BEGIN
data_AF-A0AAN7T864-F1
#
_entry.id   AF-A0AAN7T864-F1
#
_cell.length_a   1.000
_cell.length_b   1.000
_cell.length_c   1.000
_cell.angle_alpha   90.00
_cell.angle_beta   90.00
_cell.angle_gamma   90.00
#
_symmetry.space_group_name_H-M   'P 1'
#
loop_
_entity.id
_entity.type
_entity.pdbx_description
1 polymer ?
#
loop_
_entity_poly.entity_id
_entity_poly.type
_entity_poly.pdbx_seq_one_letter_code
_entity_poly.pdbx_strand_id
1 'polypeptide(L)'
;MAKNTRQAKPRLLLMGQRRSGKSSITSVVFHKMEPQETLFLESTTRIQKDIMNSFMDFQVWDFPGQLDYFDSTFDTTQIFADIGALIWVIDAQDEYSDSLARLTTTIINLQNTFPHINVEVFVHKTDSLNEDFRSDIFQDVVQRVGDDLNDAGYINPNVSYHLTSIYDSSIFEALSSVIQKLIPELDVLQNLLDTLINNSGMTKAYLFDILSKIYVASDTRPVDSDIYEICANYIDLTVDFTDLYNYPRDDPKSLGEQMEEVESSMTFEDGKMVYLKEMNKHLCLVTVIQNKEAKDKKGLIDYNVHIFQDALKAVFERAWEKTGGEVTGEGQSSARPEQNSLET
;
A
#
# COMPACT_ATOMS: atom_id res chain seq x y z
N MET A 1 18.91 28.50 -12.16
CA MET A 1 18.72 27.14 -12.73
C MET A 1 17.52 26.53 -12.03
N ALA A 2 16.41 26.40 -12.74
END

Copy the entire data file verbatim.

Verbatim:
data_AF-A0AAN7T864-F1
#
_entry.id   AF-A0AAN7T864-F1
#
_cell.length_a   1.000
_cell.length_b   1.000
_cell.length_c   1.000
_cell.angle_alpha   90.00
_cell.angle_beta   90.00
_cell.angle_gamma   90.00
#
_symmetry.space_group_name_H-M   'P 1'
#
loop_
_entity.id
_entity.type
_entity.pdbx_description
1 polymer ?
#
loop_
_entity_poly.entity_id
_entity_poly.type
_entity_poly.pdbx_seq_one_letter_code
_entity_poly.pdbx_strand_id
1 'polypeptide(L)'
;MAKNTRQAKPRLLLMGQRRSGKSSITSVVFHKMEPQETLFLESTTRIQKDIMNSFMDFQVWDFPGQLDYFDSTFDTTQIFADIGALIWVIDAQDEYSDSLARLTTTIINLQNTFPHINVEVFVHKTDSLNEDFRSDIFQDVVQRVGDDLNDAGYINPNVSYHLTSIYDSSIFEALSSVIQKLIPELDVLQNLLDTLINNSGMTKAYLFDILSKIYVASDTRPVDSDIYEICANYIDLTVDFTDLYNYPRDDPKSLGEQMEEVESSMTFEDGKMVYLKEMNKHLCLVTVIQNKEAKDKKGLIDYNVHIFQDALKAVFERAWEKTGGEVTGEGQSSARPEQNSLET
;
A
#
# COMPACT_ATOMS: atom_id res chain seq x y z
N MET A 1 18.91 28.50 -12.16
CA MET A 1 18.72 27.14 -12.73
C MET A 1 17.52 26.53 -12.03
N ALA A 2 16.41 26.40 -12.74